School and Illness: Should Your Child Stay Home?

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The following guidelines will help you decide whether your child is too ill to go to school.

Child is too ill

Your child is too ill to go to school if he or she has any of these signs:

  • Seems very tired and needs bed rest (this is common with flu symptoms)
  • Has vomiting or diarrhea
  • Becomes short of breath or is wheezing
  • Has a cough that disrupts normal activity
  • Has distracting pain from earache, headache, sore throat or recent injury
  • Has yellow or green drainage from eye(s)
  • Breaks out in a rash; not all rashes require that a child stay home from school so check with your child’s doctor

Fever

Your child should not go to school if his temperature is above 100.5 degrees F. He may return to school when he is feeling better.

Contagious disease

  • Your child should stay home from school if he has a contagious disease. A contagious disease is one that can be spread by close contact with a person or object. Examples are: chickenpox, flu, vomiting, diarrhea, colds, strep throat and "pinkeye." A disease may be contagious before the child shows signs of illness. It is very hard to prevent the spread of some germs, especially in a school classroom. Good hand washing will help prevent the spread of germs.
  • If your child has a contagious disease, ask your doctor when he may return to school. For example, children who have active chickenpox should not return to school until all the lesions are dried and crusted. Children with strep throat should be on antibiotics for 24 hours and feeling well enough to concentrate.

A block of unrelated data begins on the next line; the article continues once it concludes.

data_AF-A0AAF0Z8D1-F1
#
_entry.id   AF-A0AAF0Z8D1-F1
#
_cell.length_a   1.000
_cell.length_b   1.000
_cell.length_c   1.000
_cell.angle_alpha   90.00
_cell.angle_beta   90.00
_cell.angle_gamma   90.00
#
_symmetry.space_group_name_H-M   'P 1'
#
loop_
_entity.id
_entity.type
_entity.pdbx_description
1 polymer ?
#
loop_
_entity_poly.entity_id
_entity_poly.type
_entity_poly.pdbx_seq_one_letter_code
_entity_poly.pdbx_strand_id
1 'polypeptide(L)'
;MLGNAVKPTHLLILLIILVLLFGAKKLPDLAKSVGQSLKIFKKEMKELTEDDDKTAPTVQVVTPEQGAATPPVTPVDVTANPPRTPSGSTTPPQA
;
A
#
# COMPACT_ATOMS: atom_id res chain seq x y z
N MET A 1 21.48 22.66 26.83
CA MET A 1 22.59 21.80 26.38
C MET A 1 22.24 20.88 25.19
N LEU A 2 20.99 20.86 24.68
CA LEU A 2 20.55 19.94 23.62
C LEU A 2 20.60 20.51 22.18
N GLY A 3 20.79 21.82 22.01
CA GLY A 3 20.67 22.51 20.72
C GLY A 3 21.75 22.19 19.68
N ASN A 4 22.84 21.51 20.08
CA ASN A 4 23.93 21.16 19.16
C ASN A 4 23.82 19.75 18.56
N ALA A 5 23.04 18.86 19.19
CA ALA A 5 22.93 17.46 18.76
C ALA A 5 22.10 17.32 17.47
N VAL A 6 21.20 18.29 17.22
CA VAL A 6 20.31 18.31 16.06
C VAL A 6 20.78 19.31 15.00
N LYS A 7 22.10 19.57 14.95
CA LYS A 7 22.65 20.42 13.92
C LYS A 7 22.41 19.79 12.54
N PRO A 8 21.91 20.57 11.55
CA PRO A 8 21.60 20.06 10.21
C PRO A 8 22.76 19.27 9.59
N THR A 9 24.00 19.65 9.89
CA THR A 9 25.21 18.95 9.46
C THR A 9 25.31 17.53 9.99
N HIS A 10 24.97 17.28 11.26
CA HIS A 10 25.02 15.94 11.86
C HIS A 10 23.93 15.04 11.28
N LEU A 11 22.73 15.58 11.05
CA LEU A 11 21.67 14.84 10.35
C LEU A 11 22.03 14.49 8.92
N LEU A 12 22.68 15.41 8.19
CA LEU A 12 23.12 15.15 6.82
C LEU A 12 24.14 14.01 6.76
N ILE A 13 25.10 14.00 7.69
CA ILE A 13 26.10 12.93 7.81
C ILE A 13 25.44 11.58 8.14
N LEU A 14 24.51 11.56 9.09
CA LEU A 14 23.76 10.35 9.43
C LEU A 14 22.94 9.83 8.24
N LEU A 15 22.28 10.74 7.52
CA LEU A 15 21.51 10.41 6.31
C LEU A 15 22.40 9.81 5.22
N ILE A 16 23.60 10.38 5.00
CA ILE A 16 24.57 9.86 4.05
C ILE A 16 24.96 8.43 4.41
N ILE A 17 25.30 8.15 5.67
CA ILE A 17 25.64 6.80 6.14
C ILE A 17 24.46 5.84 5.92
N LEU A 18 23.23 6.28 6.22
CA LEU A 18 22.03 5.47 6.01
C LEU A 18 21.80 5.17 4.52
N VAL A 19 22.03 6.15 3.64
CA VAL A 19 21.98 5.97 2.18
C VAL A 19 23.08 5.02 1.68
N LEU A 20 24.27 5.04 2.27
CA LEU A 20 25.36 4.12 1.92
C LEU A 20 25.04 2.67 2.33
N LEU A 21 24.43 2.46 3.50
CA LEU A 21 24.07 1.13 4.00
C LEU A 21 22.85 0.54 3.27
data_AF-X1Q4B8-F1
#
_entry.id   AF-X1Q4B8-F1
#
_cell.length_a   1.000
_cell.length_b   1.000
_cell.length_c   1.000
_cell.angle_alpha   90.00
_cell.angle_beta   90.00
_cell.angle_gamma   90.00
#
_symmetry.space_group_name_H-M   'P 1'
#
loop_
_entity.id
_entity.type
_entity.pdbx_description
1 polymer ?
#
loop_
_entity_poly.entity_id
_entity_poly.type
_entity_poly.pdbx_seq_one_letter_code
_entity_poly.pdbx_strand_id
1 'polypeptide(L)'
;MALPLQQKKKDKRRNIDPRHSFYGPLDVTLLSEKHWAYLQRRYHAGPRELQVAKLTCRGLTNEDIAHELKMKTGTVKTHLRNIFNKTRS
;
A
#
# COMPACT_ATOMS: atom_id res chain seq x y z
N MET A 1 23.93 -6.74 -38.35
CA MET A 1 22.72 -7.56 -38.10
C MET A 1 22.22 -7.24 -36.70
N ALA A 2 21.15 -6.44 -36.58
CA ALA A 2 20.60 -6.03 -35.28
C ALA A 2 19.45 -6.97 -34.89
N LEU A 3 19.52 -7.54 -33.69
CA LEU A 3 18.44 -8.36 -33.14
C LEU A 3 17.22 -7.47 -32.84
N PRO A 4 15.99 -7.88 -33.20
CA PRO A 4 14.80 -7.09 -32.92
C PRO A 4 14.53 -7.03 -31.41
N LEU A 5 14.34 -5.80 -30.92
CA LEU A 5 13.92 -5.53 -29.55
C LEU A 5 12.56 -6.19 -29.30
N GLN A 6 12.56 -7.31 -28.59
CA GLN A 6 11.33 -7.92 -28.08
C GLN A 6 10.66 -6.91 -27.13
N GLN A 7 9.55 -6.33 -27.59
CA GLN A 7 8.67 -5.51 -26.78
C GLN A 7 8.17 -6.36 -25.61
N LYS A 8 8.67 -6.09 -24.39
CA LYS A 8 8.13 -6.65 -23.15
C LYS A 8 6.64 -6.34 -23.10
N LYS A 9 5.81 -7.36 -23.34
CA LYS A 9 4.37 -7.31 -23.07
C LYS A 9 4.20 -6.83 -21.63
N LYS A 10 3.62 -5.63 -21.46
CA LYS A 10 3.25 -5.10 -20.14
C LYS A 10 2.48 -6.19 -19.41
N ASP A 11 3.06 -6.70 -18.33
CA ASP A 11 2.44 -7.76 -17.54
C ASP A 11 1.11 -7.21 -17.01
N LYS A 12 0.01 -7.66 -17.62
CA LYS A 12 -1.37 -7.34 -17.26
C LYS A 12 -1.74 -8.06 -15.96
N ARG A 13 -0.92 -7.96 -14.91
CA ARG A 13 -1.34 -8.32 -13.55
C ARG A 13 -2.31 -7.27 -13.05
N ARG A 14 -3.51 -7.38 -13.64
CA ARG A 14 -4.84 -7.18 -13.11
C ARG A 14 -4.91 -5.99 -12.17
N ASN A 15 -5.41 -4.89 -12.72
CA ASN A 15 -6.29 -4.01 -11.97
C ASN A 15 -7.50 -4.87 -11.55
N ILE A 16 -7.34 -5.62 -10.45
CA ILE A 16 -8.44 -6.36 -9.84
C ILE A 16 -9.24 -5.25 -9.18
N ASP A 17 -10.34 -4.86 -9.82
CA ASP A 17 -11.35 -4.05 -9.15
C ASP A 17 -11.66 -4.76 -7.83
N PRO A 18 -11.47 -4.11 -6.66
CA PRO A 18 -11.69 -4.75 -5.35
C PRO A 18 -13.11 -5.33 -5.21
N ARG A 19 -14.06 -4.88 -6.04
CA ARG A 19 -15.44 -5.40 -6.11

Remember

  • School is a child's work. It is important for normal development. If your child is absent often, it may be harder to keep up with the class. It is important your child does not miss more than a few days of school a year due to illness.
  • Ask your doctor if you are not sure about keeping your child home.

If you have any questions, be sure to ask your doctor or nurse.

 

School and Illness: Should Your Child Stay Home? PDF

HH-IV-35 10/91, Revised 9/17 Copyright 1991, Nationwide Children’s Hospital

  • Seems very tired and needs bed rest (this is common with flu symptoms)
  • Has vomiting or diarrhea
  • Becomes short of breath or is wheezing
  • Has a cough that disrupts normal activity
  • Has distracting pain from earache, headache, sore throat or recent injury
  • Has yellow or green drainage from eye(s)
  • Breaks out in a rash; not all rashes require that a child stay home from school. Check with your child’s doctor.

Fever

Your child should not go to school if his temperature is above 100.5F. He may return to school when he is feeling better.

Contagious Disease

  • Your child should stay home from school if he has a contagious disease. A contagious disease is one that can be spread by close contact with a person or object. Examples are: chickenpoxflu, vomiting, diarrhea, coldsstrep throat and "pinkeye." A disease may be contagious before the child shows signs of illness. It is very hard to prevent the spread of some germs, especially in a school classroom. Good hand washing will help prevent the spread of germs.
  • If your child has chickenpox or strep throat, ask your doctor when he may return to school. Generally, children who have active chickenpox should not return to school until all the lesions are dried and crusted. Children with strep throat should be on antibiotics for 24 hours and feeling well enough to concentrate.

Remember

  • School is a child's work. It is important for normal development. If your child is absent often, it may be harder to keep up with the class. It is important your child does not miss more than a few days of school a year due to illness.
  • Ask your doctor if you are not sure about keeping your child home.

If you have any questions, be sure to ask your doctor or nurse.

School and Illness: Should Your Child Stay Home? (PDF)

HH-IV-35 10/91, Revised 11/11 Copyright 1991-2011, Nationwide Children’s Hospital